This collection of reports and chart packs is the latest in a series by the Urban Institute analyzing the results of the Massachusetts Health Reform Survey (MHRS) which has been conducted most years since 2006, the year that Commonwealth enacted comprehensive health care reform.
This report, prepared by Robert Belfort and Alex Dworkowitz of Manatt, Phelps & Phillips, LLP, provides a review of the primary Massachusetts and federal privacy laws relevant to the exchange of information among physical and behavioral health providers and an assessment of technological and operational challenges faced by providers seeking to integrate care through enhanced data exchange.
This brief describes the governor's fiscal year (FY) 2017 budget proposal for MassHealth (Medicaid) and health reform programs. It is the first in a series of FY2017 budget briefs produced by the Massachusetts Medicaid Policy Institute (MMPI) in partnership with Health Management Associates. MMPI will be publishing budget briefs at several stages in the FY2017 budget cycle as proposals move through the state legislature.
The Remaining Uninsured in Massachusetts: Experiences of Individuals Living without Health Insurance Coverage
Although Massachusetts has successfully achieved the lowest rate of uninsurance in the nation, thousands of individuals and families still live with the potential adverse health effects and financial impacts of not having health insurance. In 2015, an estimated 200,000 individuals in Massachusetts did not have health insurance coverage.
On November 5, 2015, the Blue Cross Blue Shield of Massachusetts Foundation hosted a symposium for non-governmental users of the Massachusetts All-Payer Claims Database (MA APCD) administered by the Center for Health Information and Analysis (CHIA).
This chart pack, prepared by Manatt Health Solutions, provides an examination of the current state of long-term services and supports (LTSS), an area identified as a priority for reform by MassHealth (Massachusetts Medicaid). MassHealth accounts for nearly half of all spending on LTSS, amounting to $4.5 billion annually, and equal to 12 percent of the state budget. Using previously unpublished LTSS data, the chart pack examines MassHealth LTSS spending and utilization, access and affordability, workforce capacity and quality.
This primer, prepared by Ellen Breslin of Health Management Associates, includes an explanation of how state Medicaid programs generally pay their MCOs, the overall process for setting Medicaid managed care capitation rates and the various tools that states use to mitigate the risks that MCOs face when they assume financial responsibility for Medicaid members.
There are almost one million seniors in Massachusetts and while most enjoy broad coverage and protection against the cost of many health care services through Medicare, they may also face significant gaps, finding themselves responsible for substantial deductibles, coinsurance and copayments. This report, prepared by Nancy Turnbull and Katherine Heflin of Harvard T.H. Chan School of Public Health, reviews the many private and public coverage options available to seniors to supplement Medicare coverage.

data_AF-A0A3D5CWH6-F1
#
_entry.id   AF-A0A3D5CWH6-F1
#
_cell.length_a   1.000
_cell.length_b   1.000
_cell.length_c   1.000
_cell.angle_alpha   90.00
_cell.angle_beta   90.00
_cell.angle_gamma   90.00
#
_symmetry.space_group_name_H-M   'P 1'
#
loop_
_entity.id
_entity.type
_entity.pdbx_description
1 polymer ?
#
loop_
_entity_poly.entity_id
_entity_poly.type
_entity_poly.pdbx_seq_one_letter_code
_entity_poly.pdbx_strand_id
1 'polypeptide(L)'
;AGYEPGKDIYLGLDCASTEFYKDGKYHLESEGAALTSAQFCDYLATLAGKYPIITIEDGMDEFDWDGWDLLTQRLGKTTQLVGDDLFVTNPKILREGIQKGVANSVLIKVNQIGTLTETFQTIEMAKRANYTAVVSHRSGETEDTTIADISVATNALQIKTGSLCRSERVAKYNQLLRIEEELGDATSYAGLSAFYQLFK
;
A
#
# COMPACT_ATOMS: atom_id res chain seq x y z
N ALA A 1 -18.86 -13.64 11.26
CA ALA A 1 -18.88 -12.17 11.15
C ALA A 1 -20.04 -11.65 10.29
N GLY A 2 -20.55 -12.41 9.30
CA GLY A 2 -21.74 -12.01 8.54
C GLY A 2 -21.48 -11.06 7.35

This report summarizes the results of a July 2015 poll conducted by a team led by Robert J. Blendon, Sc.D. of Harvard T.H. Chan School of Public Health. The poll was conducted to assess the perspectives of Massachusetts adults age 65 and over on the issues of affordability, access, and satisfaction with their health care coverage.
This updated edition of the tracking tool provides a detailed description of key components of Chapter 224, highlighting the progress the state has made in its implementation of the law as of August 2015. This tool is designed for policymakers, advocates, and other stakeholders who wish to track when and how state leaders have addressed policy issues pertaining to Chapter 224.
In March 2010, President Obama signed The Patient Protection and Affordable Care Act (ACA), which included significant changes impacting health insurance coverage across the United States. Although many elements of the ACA were based on Massachusetts’ health insurance reform, there were still many decisions and activities that Massachusetts needed to address in order to comply with the new federal Medicaid and health insurance marketplace requirements, most of which were required to be effective as of January 2014.
The Fiscal Year 2016 General Appropriations Act Budget for MassHealth (Medicaid) and Health Reform Programs
This budget brief highlights the fiscal year (FY) 2016 budget for MassHealth (Medicaid) and other subsidized health coverage programs. It is the last in a series of FY2016 budget briefs produced by the Massachusetts Medicaid Policy Institute (MMPI) in partnership with Rob Buchanan and Tom Dehner of Health Management Associates.
The “ Making Health Care Affordable” (MHCA) three-year grant program concluded in 2014. Margaret Houy and Kate Bazinsky of Bailit Health Purchasing, LLC report on the impact of the BCBSMA Foundation’s funding initiative. The goal of MHCA was to fund interventions aimed at containing costs while increasing access and quality of care. Bailit examines how the Foundation’s objectives were met, what factors led to successful program implementation, common barriers faced by grantees, and which programs may have generalizability.
Medicaid, a federal-state partnership program, has advanced a variety of both federal and state health coverage reform goals over the last 50 years. There is perhaps no state in which Medicaid has played a more important role in the evolution of how health care is delivered and paid for than Massachusetts. This interactive timeline reflects some of the key moments in our history where Medicaid served to expand coverage for low-income and vulnerable people in the Commonwealth.